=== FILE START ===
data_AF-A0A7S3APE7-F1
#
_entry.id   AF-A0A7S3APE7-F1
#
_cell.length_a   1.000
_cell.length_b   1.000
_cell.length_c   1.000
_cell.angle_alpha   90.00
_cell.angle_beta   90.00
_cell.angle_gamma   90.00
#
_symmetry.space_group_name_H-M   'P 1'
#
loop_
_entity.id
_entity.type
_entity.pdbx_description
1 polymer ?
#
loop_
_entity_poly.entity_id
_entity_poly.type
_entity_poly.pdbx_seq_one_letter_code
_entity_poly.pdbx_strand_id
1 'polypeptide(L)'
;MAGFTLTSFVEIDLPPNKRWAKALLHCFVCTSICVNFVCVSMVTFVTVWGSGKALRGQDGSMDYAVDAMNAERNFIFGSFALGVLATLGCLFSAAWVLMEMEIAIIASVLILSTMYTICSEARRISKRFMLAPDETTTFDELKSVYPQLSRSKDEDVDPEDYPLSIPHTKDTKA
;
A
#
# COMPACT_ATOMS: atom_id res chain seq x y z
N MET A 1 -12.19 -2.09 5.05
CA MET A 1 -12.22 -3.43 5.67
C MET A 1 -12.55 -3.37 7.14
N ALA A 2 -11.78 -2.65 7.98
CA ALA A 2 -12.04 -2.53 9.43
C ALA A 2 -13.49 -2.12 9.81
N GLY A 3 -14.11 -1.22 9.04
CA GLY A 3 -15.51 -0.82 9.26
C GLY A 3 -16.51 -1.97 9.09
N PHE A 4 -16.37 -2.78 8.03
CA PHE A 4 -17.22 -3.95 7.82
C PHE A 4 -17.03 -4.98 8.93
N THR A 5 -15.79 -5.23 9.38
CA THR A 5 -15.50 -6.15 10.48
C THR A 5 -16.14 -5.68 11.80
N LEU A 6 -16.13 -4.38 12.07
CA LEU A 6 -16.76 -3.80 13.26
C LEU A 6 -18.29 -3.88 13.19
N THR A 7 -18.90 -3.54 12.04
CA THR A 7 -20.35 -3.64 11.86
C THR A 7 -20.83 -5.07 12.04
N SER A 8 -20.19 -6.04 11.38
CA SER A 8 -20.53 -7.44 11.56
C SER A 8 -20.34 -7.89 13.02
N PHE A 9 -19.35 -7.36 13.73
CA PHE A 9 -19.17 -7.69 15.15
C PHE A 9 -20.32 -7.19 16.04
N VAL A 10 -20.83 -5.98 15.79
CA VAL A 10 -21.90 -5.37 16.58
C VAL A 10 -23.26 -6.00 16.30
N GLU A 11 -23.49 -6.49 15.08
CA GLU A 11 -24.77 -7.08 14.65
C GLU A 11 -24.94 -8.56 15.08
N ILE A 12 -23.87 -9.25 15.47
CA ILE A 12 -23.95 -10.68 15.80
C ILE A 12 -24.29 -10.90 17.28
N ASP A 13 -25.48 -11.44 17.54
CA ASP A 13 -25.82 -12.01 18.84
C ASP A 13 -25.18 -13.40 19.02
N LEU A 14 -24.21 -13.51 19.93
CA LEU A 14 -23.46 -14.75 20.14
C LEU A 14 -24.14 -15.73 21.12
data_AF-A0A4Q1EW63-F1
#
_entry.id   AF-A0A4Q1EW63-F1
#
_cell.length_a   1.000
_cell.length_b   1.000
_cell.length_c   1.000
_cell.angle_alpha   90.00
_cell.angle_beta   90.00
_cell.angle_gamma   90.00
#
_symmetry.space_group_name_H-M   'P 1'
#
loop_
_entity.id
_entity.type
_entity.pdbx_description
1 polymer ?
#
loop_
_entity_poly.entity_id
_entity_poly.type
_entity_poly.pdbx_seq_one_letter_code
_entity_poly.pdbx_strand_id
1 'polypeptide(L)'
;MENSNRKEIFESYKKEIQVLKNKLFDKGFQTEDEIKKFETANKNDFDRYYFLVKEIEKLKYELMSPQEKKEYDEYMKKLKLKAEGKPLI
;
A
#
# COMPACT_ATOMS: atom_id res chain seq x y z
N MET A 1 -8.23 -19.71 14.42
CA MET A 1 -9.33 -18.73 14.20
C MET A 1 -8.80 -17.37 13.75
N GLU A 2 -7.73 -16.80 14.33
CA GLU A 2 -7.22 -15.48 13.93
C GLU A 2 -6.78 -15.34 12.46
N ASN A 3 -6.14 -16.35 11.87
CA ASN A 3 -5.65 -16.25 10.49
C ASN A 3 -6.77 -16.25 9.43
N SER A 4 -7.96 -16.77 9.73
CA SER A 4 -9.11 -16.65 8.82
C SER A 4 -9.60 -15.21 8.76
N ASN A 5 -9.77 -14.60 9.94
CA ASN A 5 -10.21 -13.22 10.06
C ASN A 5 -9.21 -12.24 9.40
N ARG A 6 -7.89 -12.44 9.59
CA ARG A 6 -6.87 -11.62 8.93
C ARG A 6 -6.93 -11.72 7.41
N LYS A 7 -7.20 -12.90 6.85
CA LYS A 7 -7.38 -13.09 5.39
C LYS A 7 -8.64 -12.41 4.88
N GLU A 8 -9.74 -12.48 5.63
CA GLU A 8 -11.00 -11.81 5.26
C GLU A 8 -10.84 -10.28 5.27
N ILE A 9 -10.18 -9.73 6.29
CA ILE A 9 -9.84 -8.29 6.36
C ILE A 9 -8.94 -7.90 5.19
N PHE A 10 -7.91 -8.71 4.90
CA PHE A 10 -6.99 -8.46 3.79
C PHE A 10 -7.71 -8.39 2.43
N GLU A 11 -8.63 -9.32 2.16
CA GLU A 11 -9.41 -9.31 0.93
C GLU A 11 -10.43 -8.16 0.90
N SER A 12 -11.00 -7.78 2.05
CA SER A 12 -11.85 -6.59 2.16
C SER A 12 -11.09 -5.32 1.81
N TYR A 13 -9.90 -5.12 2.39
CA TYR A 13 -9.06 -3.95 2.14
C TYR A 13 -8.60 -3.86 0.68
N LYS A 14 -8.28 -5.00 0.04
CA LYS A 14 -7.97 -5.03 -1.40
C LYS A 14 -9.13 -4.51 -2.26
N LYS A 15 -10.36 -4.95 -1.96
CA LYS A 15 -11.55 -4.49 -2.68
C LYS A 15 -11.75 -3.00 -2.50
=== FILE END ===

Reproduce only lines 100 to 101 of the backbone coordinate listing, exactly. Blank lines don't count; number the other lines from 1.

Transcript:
A
#